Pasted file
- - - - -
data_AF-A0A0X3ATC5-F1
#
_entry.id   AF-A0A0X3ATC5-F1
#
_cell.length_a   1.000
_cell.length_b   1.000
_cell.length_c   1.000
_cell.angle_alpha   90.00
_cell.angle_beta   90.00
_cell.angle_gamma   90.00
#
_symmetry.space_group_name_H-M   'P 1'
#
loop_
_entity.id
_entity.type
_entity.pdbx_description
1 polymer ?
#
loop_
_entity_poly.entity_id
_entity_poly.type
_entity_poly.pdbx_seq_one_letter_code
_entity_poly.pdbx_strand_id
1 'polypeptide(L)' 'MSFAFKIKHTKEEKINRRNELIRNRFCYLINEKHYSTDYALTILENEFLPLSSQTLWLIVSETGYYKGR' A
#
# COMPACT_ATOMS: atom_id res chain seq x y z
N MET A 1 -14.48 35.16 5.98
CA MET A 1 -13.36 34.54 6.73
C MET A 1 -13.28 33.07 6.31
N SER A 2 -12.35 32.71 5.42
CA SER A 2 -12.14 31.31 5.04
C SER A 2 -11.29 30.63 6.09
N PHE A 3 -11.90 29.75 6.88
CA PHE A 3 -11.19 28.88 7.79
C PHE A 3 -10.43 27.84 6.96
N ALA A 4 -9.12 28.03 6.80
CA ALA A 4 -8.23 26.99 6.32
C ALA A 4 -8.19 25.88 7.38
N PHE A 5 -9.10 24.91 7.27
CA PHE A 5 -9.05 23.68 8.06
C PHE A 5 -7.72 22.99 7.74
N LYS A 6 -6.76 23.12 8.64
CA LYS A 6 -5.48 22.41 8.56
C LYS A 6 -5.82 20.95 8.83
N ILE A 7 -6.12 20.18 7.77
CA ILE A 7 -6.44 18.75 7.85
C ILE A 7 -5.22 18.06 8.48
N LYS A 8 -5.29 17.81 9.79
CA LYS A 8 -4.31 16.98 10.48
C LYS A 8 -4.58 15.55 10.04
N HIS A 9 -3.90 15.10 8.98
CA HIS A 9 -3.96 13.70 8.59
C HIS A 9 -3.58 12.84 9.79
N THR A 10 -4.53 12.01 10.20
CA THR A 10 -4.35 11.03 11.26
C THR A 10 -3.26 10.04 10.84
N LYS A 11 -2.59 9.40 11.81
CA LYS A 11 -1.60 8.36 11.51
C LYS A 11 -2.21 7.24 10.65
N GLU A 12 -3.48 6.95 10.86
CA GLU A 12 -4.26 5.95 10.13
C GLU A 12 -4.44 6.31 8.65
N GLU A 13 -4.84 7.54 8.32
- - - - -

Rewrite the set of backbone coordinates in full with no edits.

data_AF-A0A0X3ATC5-F1
#
_entry.id   AF-A0A0X3ATC5-F1
#
_cell.length_a   1.000
_cell.length_b   1.000
_cell.length_c   1.000
_cell.angle_alpha   90.00
_cell.angle_beta   90.00
_cell.angle_gamma   90.00
#
_symmetry.space_group_name_H-M   'P 1'
#
loop_
_entity.id
_entity.type
_entity.pdbx_description
1 polymer ?
#
loop_
_entity_poly.entity_id
_entity_poly.type
_entity_poly.pdbx_seq_one_letter_code
_entity_poly.pdbx_strand_id
1 'polypeptide(L)' 'MSFAFKIKHTKEEKINRRNELIRNRFCYLINEKHYSTDYALTILENEFLPLSSQTLWLIVSETGYYKGR' A
#
# COMPACT_ATOMS: atom_id res chain seq x y z
N MET A 1 -14.48 35.16 5.98
CA MET A 1 -13.36 34.54 6.73
C MET A 1 -13.28 33.07 6.31
N SER A 2 -12.35 32.71 5.42
CA SER A 2 -12.14 31.31 5.04
C SER A 2 -11.29 30.63 6.09
N PHE A 3 -11.90 29.75 6.88
CA PHE A 3 -11.19 28.88 7.79
C PHE A 3 -10.43 27.84 6.96
N ALA A 4 -9.12 28.03 6.80
CA ALA A 4 -8.23 26.99 6.32
C ALA A 4 -8.19 25.88 7.38
N PHE A 5 -9.10 24.91 7.27
CA PHE A 5 -9.05 23.68 8.06
C PHE A 5 -7.72 22.99 7.74
N LYS A 6 -6.76 23.12 8.64
CA LYS A 6 -5.48 22.41 8.56
C LYS A 6 -5.82 20.95 8.83
N ILE A 7 -6.12 20.18 7.77
CA ILE A 7 -6.44 18.75 7.85
C ILE A 7 -5.22 18.06 8.48
N LYS A 8 -5.29 17.81 9.79
CA LYS A 8 -4.31 16.98 10.48
C LYS A 8 -4.58 15.55 10.04
N HIS A 9 -3.90 15.10 8.98
CA HIS A 9 -3.96 13.70 8.59
C HIS A 9 -3.58 12.84 9.79
N THR A 10 -4.53 12.01 10.20
CA THR A 10 -4.35 11.03 11.26
C THR A 10 -3.26 10.04 10.84
N LYS A 11 -2.59 9.40 11.81
CA LYS A 11 -1.60 8.36 11.51
C LYS A 11 -2.21 7.24 10.65
N GLU A 12 -3.48 6.95 10.86
CA GLU A 12 -4.26 5.95 10.13
C GLU A 12 -4.44 6.31 8.65
N GLU A 13 -4.84 7.54 8.32